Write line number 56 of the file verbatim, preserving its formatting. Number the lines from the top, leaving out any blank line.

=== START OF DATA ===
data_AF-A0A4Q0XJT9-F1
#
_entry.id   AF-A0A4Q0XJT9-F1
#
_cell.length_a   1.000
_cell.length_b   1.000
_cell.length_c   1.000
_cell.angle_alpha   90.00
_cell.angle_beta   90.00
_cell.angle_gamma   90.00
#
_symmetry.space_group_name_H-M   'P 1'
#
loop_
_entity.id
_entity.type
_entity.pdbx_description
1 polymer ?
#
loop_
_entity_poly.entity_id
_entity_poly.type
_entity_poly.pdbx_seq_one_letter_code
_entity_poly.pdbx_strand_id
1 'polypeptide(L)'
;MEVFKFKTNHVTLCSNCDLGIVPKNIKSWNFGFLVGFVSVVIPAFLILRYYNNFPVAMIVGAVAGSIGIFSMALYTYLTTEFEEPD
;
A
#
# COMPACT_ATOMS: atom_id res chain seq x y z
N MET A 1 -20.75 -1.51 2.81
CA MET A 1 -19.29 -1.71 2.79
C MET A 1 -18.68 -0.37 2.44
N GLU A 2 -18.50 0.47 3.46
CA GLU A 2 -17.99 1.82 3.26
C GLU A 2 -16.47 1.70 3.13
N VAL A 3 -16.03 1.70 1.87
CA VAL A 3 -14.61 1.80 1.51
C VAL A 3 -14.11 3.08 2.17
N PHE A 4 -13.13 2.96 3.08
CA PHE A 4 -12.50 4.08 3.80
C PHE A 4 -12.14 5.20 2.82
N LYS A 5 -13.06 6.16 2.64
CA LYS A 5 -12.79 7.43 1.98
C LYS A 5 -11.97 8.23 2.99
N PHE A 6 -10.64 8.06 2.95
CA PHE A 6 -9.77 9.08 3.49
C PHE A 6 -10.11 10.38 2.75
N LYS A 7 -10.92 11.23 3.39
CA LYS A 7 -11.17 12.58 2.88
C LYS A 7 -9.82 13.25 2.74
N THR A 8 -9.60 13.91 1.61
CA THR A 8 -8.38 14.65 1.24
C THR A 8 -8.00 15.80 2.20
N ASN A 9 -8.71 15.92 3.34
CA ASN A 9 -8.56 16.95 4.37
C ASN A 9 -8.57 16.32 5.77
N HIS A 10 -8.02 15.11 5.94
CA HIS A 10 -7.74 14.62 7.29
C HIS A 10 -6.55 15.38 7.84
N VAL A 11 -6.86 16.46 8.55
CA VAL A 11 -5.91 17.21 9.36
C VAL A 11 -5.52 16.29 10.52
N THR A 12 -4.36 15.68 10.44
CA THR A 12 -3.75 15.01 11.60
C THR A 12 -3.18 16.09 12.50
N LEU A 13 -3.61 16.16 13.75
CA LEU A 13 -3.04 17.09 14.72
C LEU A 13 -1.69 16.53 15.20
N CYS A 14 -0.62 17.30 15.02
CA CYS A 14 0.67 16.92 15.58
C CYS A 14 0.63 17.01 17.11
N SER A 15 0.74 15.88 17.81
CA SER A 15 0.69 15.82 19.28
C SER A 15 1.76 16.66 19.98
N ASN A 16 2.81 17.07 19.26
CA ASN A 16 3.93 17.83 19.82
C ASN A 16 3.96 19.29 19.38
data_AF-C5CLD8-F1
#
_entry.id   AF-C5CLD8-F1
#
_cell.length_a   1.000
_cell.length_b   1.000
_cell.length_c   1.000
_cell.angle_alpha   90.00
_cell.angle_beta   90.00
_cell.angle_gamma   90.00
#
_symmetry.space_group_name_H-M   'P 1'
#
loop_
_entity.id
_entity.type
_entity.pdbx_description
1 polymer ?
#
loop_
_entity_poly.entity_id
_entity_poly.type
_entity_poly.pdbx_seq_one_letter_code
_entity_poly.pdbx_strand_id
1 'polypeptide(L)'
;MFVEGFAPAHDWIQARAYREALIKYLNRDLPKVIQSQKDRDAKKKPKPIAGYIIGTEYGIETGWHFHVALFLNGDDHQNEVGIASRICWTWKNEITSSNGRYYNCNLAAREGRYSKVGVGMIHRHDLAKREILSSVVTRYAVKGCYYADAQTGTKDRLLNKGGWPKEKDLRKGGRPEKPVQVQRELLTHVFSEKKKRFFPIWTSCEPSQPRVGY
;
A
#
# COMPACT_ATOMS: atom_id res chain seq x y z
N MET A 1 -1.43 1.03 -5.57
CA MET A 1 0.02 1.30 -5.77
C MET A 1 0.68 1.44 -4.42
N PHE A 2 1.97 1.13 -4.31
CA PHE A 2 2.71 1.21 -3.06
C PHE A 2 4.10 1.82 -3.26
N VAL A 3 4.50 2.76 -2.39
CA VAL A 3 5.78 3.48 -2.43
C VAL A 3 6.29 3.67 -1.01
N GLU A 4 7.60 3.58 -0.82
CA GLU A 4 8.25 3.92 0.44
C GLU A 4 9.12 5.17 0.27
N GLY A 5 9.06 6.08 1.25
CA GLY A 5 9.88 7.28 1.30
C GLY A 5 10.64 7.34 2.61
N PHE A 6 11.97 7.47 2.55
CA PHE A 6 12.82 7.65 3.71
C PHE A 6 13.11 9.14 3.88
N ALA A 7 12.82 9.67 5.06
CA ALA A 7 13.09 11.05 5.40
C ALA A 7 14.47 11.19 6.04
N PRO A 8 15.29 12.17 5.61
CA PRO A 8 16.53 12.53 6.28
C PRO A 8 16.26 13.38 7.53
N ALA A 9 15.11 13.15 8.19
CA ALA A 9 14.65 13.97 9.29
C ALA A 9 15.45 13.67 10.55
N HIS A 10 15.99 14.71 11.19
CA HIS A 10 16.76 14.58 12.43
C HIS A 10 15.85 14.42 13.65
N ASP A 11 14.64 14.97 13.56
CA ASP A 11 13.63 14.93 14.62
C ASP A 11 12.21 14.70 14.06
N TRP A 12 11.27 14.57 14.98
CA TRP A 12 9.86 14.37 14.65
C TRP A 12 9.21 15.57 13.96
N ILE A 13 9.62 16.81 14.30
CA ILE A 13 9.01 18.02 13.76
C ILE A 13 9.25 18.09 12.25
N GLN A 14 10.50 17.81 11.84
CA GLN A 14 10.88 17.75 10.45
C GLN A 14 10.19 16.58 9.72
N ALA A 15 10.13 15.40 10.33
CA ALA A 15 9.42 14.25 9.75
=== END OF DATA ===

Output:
CA ASN A 9 -8.56 16.95 4.37